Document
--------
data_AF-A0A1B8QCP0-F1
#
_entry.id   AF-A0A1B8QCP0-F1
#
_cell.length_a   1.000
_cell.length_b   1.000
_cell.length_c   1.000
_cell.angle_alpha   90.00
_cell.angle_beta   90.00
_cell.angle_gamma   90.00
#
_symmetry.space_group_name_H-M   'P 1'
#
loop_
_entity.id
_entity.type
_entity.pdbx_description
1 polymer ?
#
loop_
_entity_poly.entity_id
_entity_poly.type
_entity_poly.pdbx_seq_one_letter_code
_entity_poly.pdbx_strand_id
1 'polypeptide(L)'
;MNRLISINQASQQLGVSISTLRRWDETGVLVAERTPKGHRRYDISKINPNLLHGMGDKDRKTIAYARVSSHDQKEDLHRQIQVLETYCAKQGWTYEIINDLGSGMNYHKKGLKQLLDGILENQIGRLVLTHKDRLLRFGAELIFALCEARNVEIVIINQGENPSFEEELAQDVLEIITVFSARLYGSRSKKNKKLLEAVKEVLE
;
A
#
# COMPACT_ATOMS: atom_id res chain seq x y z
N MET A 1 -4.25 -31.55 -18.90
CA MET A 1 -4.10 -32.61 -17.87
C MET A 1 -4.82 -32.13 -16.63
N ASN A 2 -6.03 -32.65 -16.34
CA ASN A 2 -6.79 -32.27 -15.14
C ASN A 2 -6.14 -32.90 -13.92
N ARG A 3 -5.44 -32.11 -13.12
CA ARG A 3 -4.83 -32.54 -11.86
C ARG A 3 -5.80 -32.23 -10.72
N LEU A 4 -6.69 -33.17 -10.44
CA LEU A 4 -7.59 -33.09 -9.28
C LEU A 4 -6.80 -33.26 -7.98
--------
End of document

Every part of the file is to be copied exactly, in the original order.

data_AF-A0A1B8QCP0-F1
#
_entry.id   AF-A0A1B8QCP0-F1
#
_cell.length_a   1.000
_cell.length_b   1.000
_cell.length_c   1.000
_cell.angle_alpha   90.00
_cell.angle_beta   90.00
_cell.angle_gamma   90.00
#
_symmetry.space_group_name_H-M   'P 1'
#
loop_
_entity.id
_entity.type
_entity.pdbx_description
1 polymer ?
#
loop_
_entity_poly.entity_id
_entity_poly.type
_entity_poly.pdbx_seq_one_letter_code
_entity_poly.pdbx_strand_id
1 'polypeptide(L)'
;MNRLISINQASQQLGVSISTLRRWDETGVLVAERTPKGHRRYDISKINPNLLHGMGDKDRKTIAYARVSSHDQKEDLHRQIQVLETYCAKQGWTYEIINDLGSGMNYHKKGLKQLLDGILENQIGRLVLTHKDRLLRFGAELIFALCEARNVEIVIINQGENPSFEEELAQDVLEIITVFSARLYGSRSKKNKKLLEAVKEVLE
;
A
#
# COMPACT_ATOMS: atom_id res chain seq x y z
N MET A 1 -4.25 -31.55 -18.90
CA MET A 1 -4.10 -32.61 -17.87
C MET A 1 -4.82 -32.13 -16.63
N ASN A 2 -6.03 -32.65 -16.34
CA ASN A 2 -6.79 -32.27 -15.14
C ASN A 2 -6.14 -32.90 -13.92
N ARG A 3 -5.44 -32.11 -13.12
CA ARG A 3 -4.83 -32.54 -11.86
C ARG A 3 -5.80 -32.23 -10.72
N LEU A 4 -6.69 -33.17 -10.44
CA LEU A 4 -7.59 -33.09 -9.28
C LEU A 4 -6.80 -33.26 -7.98